We all instinctively knew that this was not a good measure of true productivity. Simply showing up and filling a seat never added up to exceptional outcomes. And increased monitoring of employees never added up to greater employee responsibility and ownership of their work.

The pandemic has put all of our bad practices to the test. And, surprisingly, a lot of managers discovered that employees were as or more productive working from home than in the office. Conversations, now via video or phone, were more intentional and focused -- perhaps even less intimidating. Gallup data show that employee engagement soared at the start of the pandemic, likely due to increased communication, support and care shown by managers and leaders. How could so many workers have improved their engagement and performance when so many people predicted that teams would struggle with productivity?

The path to performance excellence is built on trust and relationships, not increased monitoring or arbitrary metrics of busyness. Employee engagement captures the intrinsic motivation of workers when they feel supported and connected to their team. Great managers generate trust through relationships; they unlock intrinsic motivation that drives productivity to new levels.

Moreover, with true accountability comes brave and honest feedback, which is enhanced through trusting relationships. As we move toward a hybrid workplace, these truths are not just good advice -- they are essential to effective work. How do I lead people when I can't see them? How do I trust people when I'm not watching them? How do I know my team members will meet their commitments? How can I offer greater flexibility without losing control of expectations?

Action Items for Leaders

  1. Reengineer your performance management systems for a new era. Build your strategy around people by training your managers to be true developmental performance coaches.
  2. Connect individual development plans to competencies that help inspire trust among managers and their people.
  3. Coach leaders to find more value in productivity metrics and behaviors than in busyness metrics.

Dynamic 4: Relationships + Culture

How do we craft a distinctive organizational identity that transcends distance?

Many companies are worried about the erosion of working relationships, leading to the corrosion of their hard-won workplace culture. If you aren't working with someone directly, it's quite easy to not see them for long periods. This may be a reason that many leaders wish to see everyone back in the office: They recognize that relationships are the lifeblood of their organization. Is a remote or hybrid team really a team? Where's the camaraderie, the bonding, the warmth?

Before the pandemic, many rang the alarm on pervasive loneliness in modern society. Work, at least, was one of the few places where people socialized. But as more organizations move to remote or hybrid work, that risk of loneliness is likely going to become only more acute.

Managers need to approach the shift to a hybrid team as its own project. In many ways, a hybrid team is a new team. Consider drafting a new team charter. Discuss as a team what makes an effective meeting -- and how remote members can feel included. Consider etiquette rules and video policies. If employees are coming into the office at different times, how can they increase the possibility of seeing each other?

Certain tasks, like collaboration and brainstorming, can work better in the office; individual work often works better at home (if there are few distractions there). Workers who must be on-site still have commute times; remote workers may have more flexibility.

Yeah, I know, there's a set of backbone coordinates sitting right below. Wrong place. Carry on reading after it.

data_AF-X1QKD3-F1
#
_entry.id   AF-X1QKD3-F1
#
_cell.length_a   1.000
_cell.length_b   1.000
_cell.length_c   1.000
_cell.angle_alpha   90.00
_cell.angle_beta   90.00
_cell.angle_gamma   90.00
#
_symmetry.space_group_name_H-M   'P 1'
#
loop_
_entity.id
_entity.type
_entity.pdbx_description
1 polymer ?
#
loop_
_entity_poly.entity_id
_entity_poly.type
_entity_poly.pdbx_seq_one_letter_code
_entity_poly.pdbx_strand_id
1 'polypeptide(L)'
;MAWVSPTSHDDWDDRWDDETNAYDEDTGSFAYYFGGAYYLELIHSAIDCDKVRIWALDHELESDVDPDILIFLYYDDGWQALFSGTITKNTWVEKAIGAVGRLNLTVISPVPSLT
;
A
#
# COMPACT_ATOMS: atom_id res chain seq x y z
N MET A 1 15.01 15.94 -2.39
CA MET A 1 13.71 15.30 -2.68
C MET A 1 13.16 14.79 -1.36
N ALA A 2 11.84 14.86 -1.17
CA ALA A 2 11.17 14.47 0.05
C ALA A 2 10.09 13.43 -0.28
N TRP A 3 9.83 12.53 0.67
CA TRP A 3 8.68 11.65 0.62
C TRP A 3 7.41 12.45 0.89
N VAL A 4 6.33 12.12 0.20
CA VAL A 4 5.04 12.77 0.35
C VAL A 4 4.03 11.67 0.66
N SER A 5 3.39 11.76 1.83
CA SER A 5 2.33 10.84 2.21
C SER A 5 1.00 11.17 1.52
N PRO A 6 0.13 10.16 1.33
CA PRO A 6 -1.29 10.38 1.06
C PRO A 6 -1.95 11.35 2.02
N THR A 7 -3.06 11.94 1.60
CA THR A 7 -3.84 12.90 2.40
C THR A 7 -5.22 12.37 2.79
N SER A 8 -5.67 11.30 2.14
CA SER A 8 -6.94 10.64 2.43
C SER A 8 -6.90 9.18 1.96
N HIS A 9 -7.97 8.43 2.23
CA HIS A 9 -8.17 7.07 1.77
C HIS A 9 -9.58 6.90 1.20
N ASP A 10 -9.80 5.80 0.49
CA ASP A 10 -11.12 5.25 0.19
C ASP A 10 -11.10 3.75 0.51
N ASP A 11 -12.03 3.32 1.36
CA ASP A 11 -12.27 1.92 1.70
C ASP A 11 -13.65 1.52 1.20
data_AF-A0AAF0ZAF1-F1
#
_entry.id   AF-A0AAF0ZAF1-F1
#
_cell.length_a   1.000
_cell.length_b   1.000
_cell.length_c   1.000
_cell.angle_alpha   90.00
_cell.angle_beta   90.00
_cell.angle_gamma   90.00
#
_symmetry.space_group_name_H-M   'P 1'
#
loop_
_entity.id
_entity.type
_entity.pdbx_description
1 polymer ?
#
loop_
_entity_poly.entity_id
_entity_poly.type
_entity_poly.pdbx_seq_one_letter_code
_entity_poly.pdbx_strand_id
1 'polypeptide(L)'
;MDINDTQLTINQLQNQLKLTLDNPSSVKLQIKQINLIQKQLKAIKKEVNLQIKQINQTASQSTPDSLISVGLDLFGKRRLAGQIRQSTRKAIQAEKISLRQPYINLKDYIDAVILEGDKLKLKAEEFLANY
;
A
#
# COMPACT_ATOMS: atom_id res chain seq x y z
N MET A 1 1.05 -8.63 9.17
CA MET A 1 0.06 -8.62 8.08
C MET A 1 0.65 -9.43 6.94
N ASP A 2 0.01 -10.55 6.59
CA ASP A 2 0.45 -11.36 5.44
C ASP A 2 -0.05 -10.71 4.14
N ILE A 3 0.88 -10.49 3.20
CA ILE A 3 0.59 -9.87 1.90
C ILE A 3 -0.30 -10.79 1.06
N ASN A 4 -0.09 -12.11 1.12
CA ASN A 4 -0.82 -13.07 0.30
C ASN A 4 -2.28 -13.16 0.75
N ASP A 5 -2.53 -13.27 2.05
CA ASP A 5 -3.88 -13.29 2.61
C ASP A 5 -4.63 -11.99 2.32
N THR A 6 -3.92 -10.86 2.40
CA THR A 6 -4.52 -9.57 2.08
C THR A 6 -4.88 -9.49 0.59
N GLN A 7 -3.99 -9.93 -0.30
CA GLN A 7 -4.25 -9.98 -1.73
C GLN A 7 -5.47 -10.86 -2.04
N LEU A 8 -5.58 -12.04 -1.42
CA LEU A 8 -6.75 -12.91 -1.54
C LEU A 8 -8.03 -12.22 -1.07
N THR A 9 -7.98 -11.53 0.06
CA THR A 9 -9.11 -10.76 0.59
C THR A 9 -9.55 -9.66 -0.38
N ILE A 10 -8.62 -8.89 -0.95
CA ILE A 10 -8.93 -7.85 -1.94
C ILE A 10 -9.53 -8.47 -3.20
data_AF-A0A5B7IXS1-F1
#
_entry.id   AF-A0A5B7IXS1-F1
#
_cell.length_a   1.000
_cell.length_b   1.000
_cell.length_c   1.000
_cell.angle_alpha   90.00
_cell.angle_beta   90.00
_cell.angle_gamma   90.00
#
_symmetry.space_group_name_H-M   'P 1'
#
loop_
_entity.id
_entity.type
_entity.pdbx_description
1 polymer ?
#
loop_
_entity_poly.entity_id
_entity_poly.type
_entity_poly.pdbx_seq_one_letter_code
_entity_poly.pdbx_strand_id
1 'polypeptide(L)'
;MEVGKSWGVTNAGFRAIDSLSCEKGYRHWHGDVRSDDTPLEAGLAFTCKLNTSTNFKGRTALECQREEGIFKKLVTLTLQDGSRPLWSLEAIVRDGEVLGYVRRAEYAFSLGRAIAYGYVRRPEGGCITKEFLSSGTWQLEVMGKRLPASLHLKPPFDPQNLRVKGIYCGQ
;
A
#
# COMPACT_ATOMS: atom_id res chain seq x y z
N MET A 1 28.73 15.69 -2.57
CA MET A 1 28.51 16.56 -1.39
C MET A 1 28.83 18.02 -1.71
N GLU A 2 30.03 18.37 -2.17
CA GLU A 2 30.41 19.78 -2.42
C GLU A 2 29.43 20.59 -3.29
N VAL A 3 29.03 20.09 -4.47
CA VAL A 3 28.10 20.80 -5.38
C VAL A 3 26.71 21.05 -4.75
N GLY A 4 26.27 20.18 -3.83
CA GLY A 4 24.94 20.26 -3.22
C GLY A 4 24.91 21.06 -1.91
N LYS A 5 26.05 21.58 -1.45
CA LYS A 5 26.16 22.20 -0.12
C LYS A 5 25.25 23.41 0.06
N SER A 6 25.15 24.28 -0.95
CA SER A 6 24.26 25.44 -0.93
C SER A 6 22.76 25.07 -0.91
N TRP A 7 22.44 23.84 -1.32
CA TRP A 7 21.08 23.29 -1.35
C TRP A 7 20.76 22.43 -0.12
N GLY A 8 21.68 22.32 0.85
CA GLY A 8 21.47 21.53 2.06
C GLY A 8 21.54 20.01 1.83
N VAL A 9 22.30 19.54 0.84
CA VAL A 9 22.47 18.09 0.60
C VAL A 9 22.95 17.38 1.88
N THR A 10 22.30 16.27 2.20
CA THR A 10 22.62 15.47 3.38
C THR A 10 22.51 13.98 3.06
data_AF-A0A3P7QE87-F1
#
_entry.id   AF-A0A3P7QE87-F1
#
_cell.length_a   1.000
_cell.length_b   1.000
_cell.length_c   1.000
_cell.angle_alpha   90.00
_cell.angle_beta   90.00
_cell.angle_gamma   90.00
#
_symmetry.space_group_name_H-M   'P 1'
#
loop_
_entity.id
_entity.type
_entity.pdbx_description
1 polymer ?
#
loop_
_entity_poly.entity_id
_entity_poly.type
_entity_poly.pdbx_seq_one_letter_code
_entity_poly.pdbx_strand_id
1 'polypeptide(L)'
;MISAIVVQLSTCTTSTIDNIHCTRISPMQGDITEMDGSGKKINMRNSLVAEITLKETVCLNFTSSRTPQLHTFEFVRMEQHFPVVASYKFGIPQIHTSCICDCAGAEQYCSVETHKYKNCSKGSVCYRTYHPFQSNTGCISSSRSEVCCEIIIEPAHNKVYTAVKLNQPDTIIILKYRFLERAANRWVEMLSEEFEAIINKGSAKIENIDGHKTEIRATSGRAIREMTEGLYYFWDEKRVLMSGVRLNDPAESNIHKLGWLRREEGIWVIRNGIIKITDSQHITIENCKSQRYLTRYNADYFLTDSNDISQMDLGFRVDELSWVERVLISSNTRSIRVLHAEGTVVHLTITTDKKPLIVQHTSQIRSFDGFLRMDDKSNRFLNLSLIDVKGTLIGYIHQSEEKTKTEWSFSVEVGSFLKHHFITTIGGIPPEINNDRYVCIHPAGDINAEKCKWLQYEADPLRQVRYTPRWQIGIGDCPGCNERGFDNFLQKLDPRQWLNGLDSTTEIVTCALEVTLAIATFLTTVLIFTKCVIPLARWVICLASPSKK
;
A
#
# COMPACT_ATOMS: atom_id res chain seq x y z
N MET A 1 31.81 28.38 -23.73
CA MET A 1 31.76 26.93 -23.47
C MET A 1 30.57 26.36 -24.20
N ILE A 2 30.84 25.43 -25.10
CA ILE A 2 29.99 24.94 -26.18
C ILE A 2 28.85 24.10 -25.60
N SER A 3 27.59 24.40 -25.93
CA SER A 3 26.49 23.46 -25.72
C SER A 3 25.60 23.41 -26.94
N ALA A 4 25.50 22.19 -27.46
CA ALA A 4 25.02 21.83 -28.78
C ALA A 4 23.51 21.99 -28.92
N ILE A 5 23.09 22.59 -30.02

Most teams have been muddling through these details for over a year, but it's time to bring these conversations out into the open and create some shared expectations.

Action Items for Leaders

  1. Offer tools for managers to lead a team reset or create a new team charter. By including everyone in expectation-setting upfront, it becomes much easier to implement policies consistently. Five items related to Gallup's Q12 employee engagement survey provide a great place to start:
  • How does our mission provide value to the organization -- and the world?
  • What is expected of us?
  • What do I do best, and how can I do it every day?
  • What does quality mean for our team?
  • What resources do we need to be successful?
  1. Have all team members define these things for themselves and then share them with the group. Have the team identify barriers and challenges and then come up with ways to address these items. Schedule time to regularly review and update this charter.
  2. Design meetings with both in-person and remote team members in mind.
  3. Create ground rules for hybrid meetings with your team.

We Are Inventing the Future of Hybrid Work

Make no mistake: This is an exciting time to rethink the way work gets done. Gallup's findings suggest that in the near future, a large portion of the workforce will be experiencing a hybrid office. It's a generational transformation -- and a massive experiment that cuts to the heart of the meaning of work.

How will we navigate these new, potentially treacherous, waters? By remembering that humans are still humans, with the same psychological needs as they've always had. Discovering how those needs can be met, by managers and employers, in a new age will require an experimental mindset, an openness to change and a keen focus on the fundamental drivers of human performance.

Make your organization's future one where people can thrive:


Jeremie Brecheisen is a Partner and Managing Director of the CHRO Roundtable at Gallup.

Anna Truscott-Smith is a Senior Research Consultant at Gallup.

Ben Wigert, Ph.D., is Director of Research and Strategy, Workplace Management, at Gallup.

Ryan Pendell contributed to this article.

Gallup World Headquarters, 901 F Street, Washington, D.C., 20001, U.S.A
+1 202.715.3030